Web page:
to every Persian who has grown into power from his riches. Before he ventured to enter the capital, he sent for his son, who was an attendant on the court, of whom he inquired what were the king's intentions towards him, and what fear there might be for his safety. The king, in order to cloak his game, conferred the dignity of Khan on the son previously to seeing the father, which so blinded him, that he entered the city in full confidence of the monarch's favour. He had been accompanied by Mirza Ahady, governor of the great districts of Corbal and Fars, and his coadjutor in his system of extortion. They were summoned to appear before the king some days after their arrival and were then informed that they were to give an account of their respective offices. After they had stood some time before the king, he said: "Well, have you brought me no peshkeesh (present)?" They remained silent. "Where are the 70,000 toomauns, the arrears of the tribute of Fars; of course you have brought that?" Mirza Ahady answered, that "all that was due had been sent." The king then turned to Mahomed Nebee, who answered the same thing. "Call the ferashes," exclaimed the king, "and beat these rogues till they die." The ferashes came and beat them violently; and when they attempted to say any thing in their own defence, they smote them on the mouth with a shoe, the heel of which was shod with iron. The king's wrath increased with the violence of the blows, until it became so great, that he ordered them to be thrown out of the window, which was more than seventy feet from the ground. At this critical moment came the Ameen-ad-dowlah, who entreated the king to spare their lives, saying that he would be security for the payment of their arrears. Upon this the royal anger ceased, and he permitted the culprits to depart by the less expeditious mode of the staircase. Mirza Ahady was imprisoned; Mahomed Nebee soon afterwards received a khilaut as a palliative for the blows he had received, and as a douceur to keep him in a good humour till he should disclose the secrets of his riches, and exert himself to pay the full demands of the king upon him.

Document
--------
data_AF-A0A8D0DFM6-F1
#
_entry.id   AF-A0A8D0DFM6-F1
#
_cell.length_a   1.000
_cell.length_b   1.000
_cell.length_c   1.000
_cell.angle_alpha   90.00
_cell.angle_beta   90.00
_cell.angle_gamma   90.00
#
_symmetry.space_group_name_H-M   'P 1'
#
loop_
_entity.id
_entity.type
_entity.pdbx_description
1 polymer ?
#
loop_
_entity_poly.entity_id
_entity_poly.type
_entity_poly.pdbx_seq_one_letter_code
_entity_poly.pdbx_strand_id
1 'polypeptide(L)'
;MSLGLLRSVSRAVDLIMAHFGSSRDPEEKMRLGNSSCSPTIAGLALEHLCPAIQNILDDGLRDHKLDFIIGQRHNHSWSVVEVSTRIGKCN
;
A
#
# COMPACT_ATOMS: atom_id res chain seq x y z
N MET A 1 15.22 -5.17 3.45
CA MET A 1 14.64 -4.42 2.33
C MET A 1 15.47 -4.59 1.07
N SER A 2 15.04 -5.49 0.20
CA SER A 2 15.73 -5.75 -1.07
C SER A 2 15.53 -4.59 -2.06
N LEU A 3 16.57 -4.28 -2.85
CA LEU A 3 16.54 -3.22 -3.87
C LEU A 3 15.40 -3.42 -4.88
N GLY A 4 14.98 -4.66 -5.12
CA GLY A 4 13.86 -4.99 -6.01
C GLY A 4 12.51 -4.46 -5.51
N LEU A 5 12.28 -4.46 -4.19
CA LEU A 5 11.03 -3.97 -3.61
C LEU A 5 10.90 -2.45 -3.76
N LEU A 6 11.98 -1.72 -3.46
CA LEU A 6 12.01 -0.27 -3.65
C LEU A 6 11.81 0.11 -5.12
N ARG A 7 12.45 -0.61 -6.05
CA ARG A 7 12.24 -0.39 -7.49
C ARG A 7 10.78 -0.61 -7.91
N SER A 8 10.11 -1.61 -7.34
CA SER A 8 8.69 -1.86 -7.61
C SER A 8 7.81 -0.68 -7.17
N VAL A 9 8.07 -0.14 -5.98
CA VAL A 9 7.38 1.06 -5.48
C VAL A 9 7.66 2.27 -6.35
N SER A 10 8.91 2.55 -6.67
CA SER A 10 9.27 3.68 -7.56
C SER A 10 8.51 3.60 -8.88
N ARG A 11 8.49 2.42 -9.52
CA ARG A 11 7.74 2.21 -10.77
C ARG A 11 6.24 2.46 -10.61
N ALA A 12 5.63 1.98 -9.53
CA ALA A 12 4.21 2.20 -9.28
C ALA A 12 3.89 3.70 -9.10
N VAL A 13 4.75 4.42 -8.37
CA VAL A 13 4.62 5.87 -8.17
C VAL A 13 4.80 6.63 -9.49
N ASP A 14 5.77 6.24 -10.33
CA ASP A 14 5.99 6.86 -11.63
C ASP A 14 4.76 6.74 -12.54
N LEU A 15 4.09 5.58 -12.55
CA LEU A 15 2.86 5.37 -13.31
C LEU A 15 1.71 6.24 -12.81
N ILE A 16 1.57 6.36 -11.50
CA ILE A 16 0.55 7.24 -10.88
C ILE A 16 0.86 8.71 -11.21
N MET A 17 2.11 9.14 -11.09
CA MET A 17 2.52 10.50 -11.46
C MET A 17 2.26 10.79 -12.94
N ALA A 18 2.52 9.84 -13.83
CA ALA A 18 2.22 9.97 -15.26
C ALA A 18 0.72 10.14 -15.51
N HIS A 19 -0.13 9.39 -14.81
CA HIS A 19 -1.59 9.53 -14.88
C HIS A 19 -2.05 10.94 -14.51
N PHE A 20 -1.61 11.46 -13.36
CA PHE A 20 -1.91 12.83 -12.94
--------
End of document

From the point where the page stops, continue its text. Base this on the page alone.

OF THE TITLES OF MIRZA AND KHAN.
In Persia there are no nobility, according to the acceptation of that term in Europe. In that country, no dignity, no office, is hereditary; yet there are titles which denote the birth or rank of the persons who bear them: such are those of Mirza and Khan.
Mirza is a Persian compound word, a contraction from mirzadeh, which signifies, son of an emir or prince. This title is very